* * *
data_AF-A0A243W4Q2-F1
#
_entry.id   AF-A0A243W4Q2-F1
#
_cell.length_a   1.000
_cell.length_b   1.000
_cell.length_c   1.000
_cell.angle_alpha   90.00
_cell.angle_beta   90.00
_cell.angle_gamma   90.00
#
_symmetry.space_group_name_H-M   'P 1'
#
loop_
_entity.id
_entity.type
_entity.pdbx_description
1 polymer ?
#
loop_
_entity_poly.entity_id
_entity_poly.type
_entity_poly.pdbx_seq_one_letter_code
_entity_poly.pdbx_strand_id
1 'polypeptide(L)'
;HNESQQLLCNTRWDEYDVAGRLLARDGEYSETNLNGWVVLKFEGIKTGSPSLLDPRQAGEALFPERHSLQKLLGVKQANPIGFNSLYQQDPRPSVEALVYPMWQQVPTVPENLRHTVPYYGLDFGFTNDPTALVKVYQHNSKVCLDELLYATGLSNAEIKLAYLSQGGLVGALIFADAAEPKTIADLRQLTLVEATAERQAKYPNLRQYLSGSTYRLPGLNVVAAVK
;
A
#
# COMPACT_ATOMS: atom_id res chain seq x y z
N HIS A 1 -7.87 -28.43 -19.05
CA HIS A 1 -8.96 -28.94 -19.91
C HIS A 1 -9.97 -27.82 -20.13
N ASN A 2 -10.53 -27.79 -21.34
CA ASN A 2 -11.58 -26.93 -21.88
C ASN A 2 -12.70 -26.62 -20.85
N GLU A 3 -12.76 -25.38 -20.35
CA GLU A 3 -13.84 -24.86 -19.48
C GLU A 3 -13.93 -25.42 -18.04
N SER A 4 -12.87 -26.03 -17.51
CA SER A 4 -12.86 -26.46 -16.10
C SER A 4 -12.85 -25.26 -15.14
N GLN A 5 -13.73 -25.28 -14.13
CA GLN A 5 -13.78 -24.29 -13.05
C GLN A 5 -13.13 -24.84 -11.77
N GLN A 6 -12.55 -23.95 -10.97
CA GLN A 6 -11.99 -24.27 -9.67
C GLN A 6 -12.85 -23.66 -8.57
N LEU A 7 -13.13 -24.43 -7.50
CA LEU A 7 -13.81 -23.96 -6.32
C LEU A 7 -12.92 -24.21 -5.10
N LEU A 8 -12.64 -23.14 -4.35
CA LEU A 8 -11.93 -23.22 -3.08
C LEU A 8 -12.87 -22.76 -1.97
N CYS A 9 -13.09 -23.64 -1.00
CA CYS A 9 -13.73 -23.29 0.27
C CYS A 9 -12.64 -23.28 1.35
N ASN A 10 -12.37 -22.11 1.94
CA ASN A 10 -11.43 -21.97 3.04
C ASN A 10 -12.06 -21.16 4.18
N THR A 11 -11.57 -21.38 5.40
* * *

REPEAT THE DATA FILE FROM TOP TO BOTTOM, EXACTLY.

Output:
data_AF-A0A243W4Q2-F1
#
_entry.id   AF-A0A243W4Q2-F1
#
_cell.length_a   1.000
_cell.length_b   1.000
_cell.length_c   1.000
_cell.angle_alpha   90.00
_cell.angle_beta   90.00
_cell.angle_gamma   90.00
#
_symmetry.space_group_name_H-M   'P 1'
#
loop_
_entity.id
_entity.type
_entity.pdbx_description
1 polymer ?
#
loop_
_entity_poly.entity_id
_entity_poly.type
_entity_poly.pdbx_seq_one_letter_code
_entity_poly.pdbx_strand_id
1 'polypeptide(L)'
;HNESQQLLCNTRWDEYDVAGRLLARDGEYSETNLNGWVVLKFEGIKTGSPSLLDPRQAGEALFPERHSLQKLLGVKQANPIGFNSLYQQDPRPSVEALVYPMWQQVPTVPENLRHTVPYYGLDFGFTNDPTALVKVYQHNSKVCLDELLYATGLSNAEIKLAYLSQGGLVGALIFADAAEPKTIADLRQLTLVEATAERQAKYPNLRQYLSGSTYRLPGLNVVAAVK
;
A
#
# COMPACT_ATOMS: atom_id res chain seq x y z
N HIS A 1 -7.87 -28.43 -19.05
CA HIS A 1 -8.96 -28.94 -19.91
C HIS A 1 -9.97 -27.82 -20.13
N ASN A 2 -10.53 -27.79 -21.34
CA ASN A 2 -11.58 -26.93 -21.88
C ASN A 2 -12.70 -26.62 -20.85
N GLU A 3 -12.76 -25.38 -20.35
CA GLU A 3 -13.84 -24.86 -19.48
C GLU A 3 -13.93 -25.42 -18.04
N SER A 4 -12.87 -26.03 -17.51
CA SER A 4 -12.86 -26.46 -16.10
C SER A 4 -12.85 -25.26 -15.14
N GLN A 5 -13.73 -25.28 -14.13
CA GLN A 5 -13.78 -24.29 -13.05
C GLN A 5 -13.13 -24.84 -11.77
N GLN A 6 -12.55 -23.95 -10.97
CA GLN A 6 -11.99 -24.27 -9.67
C GLN A 6 -12.85 -23.66 -8.57
N LEU A 7 -13.13 -24.43 -7.50
CA LEU A 7 -13.81 -23.96 -6.32
C LEU A 7 -12.92 -24.21 -5.10
N LEU A 8 -12.64 -23.14 -4.35
CA LEU A 8 -11.93 -23.22 -3.08
C LEU A 8 -12.87 -22.76 -1.97
N CYS A 9 -13.09 -23.64 -1.00
CA CYS A 9 -13.73 -23.29 0.27
C CYS A 9 -12.64 -23.28 1.35
N ASN A 10 -12.37 -22.11 1.94
CA ASN A 10 -11.43 -21.97 3.04
C ASN A 10 -12.06 -21.16 4.18
N THR A 11 -11.57 -21.38 5.40